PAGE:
ALDF Notice to Sue Houston Aquarium Over Tigers
ANIMAL LEGAL DEFENSE FUND NOTIFIES RESTAURANT GIANT LANDRY’S INC. OF INTENT TO SUE FOR ENDANGERED SPECIES ACT VIOLATIONS
Group Aims to Rehome Four White Tigers Living for 12 Years in the Downtown Aquarium
HOUSTON—Today, the Animal Legal Defense Fund (ALDF) and Irvine & Conner PLLC served Houston’s Downtown Aquarium and Landry’s Inc. with a notice of intent to sue for violations of the federal Endangered Species Act (ESA). The notice alleges harm and harassment to a federally listed species: four tigers, who are kept in deplorable conditions at the Aquarium. In the notice, ALDF reiterates its offer to rehome the tigers to a reputable, accredited sanctuary at no cost to Landry’s. If Landry’s declines this offer, the group will proceed with litigation after 60 days.
In December 2004, Landry’s transported four white tigers to its Downtown Aquarium restaurant and amusement park complex in Houston, Texas. For the last 12 years, Landry’s has deprived these four tigers—named Nero, Marina, Coral, and Reef—of any access to sunlight, fresh air, or natural surfaces. These species-inappropriate living conditions violate the ESA, which has protected tigers since 1970.
In the wild, tigers cover a range of up to 40 square miles. In contrast, at the Downtown Aquarium, the tigers’ entire world is limited to a few hundred square feet. The tigers alternate their time between the concrete “Maharaja’s Temple” on display to the public and a small metal cage out of the public’s sight. At no point do the tigers have the opportunity to run, jump, or engage in the full range of their natural behaviors.
“The dungeon-like conditions that the tigers are forced to endure at Houston’s Downtown Aquarium harm their physical health and psychological wellbeing, and deny them much that is natural and important to a tiger,” says renowned big cat veterinarian Dr. Jennifer Conrad. “It is cruel to confine complex, roaming carnivores such as tigers to a tiny, dark, artificial, unenriched enclosure where they never see any daylight, much less bask in sunshine, and are at risk for serious long term, debilitating injuries from being forced to live on slippery, unyielding concrete their entire lives.”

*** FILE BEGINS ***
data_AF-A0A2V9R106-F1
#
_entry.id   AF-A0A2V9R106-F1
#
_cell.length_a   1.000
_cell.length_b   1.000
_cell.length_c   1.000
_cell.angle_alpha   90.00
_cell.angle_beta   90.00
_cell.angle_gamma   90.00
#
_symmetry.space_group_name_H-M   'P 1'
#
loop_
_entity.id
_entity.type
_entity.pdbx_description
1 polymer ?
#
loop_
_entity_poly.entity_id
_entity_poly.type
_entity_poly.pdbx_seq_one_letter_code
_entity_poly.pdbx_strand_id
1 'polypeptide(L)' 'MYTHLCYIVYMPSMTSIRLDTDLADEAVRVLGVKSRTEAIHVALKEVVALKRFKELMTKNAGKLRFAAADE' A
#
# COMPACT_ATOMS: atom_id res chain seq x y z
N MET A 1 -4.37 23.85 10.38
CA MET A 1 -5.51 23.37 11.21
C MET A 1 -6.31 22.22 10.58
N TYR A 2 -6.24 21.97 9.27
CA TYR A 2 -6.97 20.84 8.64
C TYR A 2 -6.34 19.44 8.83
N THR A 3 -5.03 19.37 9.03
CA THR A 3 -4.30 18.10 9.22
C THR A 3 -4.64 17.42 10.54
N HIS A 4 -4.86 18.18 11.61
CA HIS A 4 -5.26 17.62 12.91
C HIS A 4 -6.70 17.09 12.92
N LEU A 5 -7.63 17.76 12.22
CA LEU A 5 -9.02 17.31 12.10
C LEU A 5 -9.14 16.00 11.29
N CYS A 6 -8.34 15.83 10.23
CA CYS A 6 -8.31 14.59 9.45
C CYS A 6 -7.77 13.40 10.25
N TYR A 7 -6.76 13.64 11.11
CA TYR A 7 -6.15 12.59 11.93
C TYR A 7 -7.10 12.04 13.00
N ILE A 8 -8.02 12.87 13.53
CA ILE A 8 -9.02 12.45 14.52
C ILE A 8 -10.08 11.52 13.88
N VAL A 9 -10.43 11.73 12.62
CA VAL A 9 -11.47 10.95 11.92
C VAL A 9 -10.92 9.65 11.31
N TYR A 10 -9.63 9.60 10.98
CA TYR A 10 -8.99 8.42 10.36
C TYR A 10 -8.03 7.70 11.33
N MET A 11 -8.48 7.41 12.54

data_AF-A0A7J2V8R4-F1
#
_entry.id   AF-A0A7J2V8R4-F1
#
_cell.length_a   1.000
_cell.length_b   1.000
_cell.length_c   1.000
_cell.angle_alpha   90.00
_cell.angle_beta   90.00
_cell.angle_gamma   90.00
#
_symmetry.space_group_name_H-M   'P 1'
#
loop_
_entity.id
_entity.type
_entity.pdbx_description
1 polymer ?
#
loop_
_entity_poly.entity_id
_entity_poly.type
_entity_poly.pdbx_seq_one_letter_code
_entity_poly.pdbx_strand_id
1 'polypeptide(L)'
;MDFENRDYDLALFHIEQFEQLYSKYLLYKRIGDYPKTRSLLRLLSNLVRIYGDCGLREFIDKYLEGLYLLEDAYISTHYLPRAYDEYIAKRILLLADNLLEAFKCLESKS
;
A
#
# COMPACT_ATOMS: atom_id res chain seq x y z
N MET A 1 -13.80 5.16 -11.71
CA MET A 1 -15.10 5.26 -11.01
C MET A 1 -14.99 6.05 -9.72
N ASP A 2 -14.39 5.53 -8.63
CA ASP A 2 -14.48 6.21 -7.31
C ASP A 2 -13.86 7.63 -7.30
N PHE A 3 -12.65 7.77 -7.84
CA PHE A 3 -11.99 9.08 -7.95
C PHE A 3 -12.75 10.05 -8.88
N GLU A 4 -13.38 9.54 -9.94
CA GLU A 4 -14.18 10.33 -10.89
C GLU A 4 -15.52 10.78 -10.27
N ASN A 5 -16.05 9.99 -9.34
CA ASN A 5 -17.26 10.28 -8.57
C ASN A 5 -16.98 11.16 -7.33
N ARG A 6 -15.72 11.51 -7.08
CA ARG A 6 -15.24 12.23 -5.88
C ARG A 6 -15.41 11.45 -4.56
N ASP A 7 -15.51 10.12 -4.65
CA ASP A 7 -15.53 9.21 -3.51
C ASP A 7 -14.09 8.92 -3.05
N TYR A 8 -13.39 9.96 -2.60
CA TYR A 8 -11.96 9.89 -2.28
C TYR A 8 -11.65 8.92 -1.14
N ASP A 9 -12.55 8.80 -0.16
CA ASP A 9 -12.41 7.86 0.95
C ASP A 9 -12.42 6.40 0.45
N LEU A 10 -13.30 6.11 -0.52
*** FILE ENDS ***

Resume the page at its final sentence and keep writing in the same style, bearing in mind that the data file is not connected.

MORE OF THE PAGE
The tigers’ living conditions starkly contrast with the decades-long trend to place captive tigers in more natural habitats, such as the tiger habitat at the Houston Zoo. Of the more than 100 Association of Zoos and Aquariums-accredited facilities housing tigers in the United States, only one other facility does not have an outdoor exhibit for the tigers: the Downtown Aquarium in Denver, also owned by Landry’s.
“Tigers are complex apex predators with specific biological, environmental, and enrichment needs,” says ALDF Executive Director Stephen Wells. “Landry’s, Inc. should stick to the restaurant business and leave the housing of tigers to those who are able to provide big cats with proper care and naturalistic habitats rather than sacrificing the wellbeing of an endangered species for the sake of tourist dollars.”
By forcing these tigers to live in what amounts to a concrete dungeon, Landry’s has profited financially, but caused the tigers serious mental and physical harm. Keeping the tigers at the Downtown Aquarium advances no conservation purpose under the ESA. Retiring the tigers to a sanctuary will guarantee that the tigers may spend the rest of their lives in the species-appropriate conditions that they need and deserve.
A copy of the notice and photographs are available on request. aldf-sue-houston-zoo
About the Animal Legal Defense Fund
The Animal Legal Defense Fund was founded in 1979 to protect the lives and advance the interests of animals through the legal system. To accomplish this mission, the Animal Legal Defense Fund files high-impact lawsuits to protect animals from harm; provides free legal assistance and training to prosecutors to assure that animal abusers are punished for their crimes; supports tough animal protection legislation and fights harmful legislation; and provides resources and opportunities to law students and professionals to advance the emerging field of animal law. For more information, please visit aldf.org.
About Irvine & Conner PLLC
Irvine & Conner regularly represents citizen groups, landowners, and individuals in a wide range of environmental and land use disputes in Texas state and federal courts. Irvine & Conner’s practice includes ESA litigation on behalf of endangered species living in Texas, including ocelots, whooping cranes, and golden-cheeked warblers. For more information about Irvine & Conner’s work, please visit www.irvineconner.com.